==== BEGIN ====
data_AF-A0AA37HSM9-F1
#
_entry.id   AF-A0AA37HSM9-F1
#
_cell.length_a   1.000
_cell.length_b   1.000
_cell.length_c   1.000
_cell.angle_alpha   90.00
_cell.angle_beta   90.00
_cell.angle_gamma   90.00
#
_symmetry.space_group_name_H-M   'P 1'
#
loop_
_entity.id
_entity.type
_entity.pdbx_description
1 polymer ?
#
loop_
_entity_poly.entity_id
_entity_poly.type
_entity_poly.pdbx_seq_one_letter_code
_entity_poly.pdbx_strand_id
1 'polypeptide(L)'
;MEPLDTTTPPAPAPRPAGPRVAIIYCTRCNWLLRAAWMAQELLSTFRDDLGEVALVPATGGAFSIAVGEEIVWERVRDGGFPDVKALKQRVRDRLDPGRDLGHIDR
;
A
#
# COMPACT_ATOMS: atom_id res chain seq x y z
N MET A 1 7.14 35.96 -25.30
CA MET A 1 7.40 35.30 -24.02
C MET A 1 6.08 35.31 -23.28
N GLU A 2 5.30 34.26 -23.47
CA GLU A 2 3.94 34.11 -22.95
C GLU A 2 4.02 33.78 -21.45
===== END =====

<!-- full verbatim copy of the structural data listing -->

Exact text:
data_AF-A0AA37HSM9-F1
#
_entry.id   AF-A0AA37HSM9-F1
#
_cell.length_a   1.000
_cell.length_b   1.000
_cell.length_c   1.000
_cell.angle_alpha   90.00
_cell.angle_beta   90.00
_cell.angle_gamma   90.00
#
_symmetry.space_group_name_H-M   'P 1'
#
loop_
_entity.id
_entity.type
_entity.pdbx_description
1 polymer ?
#
loop_
_entity_poly.entity_id
_entity_poly.type
_entity_poly.pdbx_seq_one_letter_code
_entity_poly.pdbx_strand_id
1 'polypeptide(L)'
;MEPLDTTTPPAPAPRPAGPRVAIIYCTRCNWLLRAAWMAQELLSTFRDDLGEVALVPATGGAFSIAVGEEIVWERVRDGGFPDVKALKQRVRDRLDPGRDLGHIDR
;
A
#
# COMPACT_ATOMS: atom_id res chain seq x y z
N MET A 1 7.14 35.96 -25.30
CA MET A 1 7.40 35.30 -24.02
C MET A 1 6.08 35.31 -23.28
N GLU A 2 5.30 34.26 -23.47
CA GLU A 2 3.94 34.11 -22.95
C GLU A 2 4.02 33.78 -21.45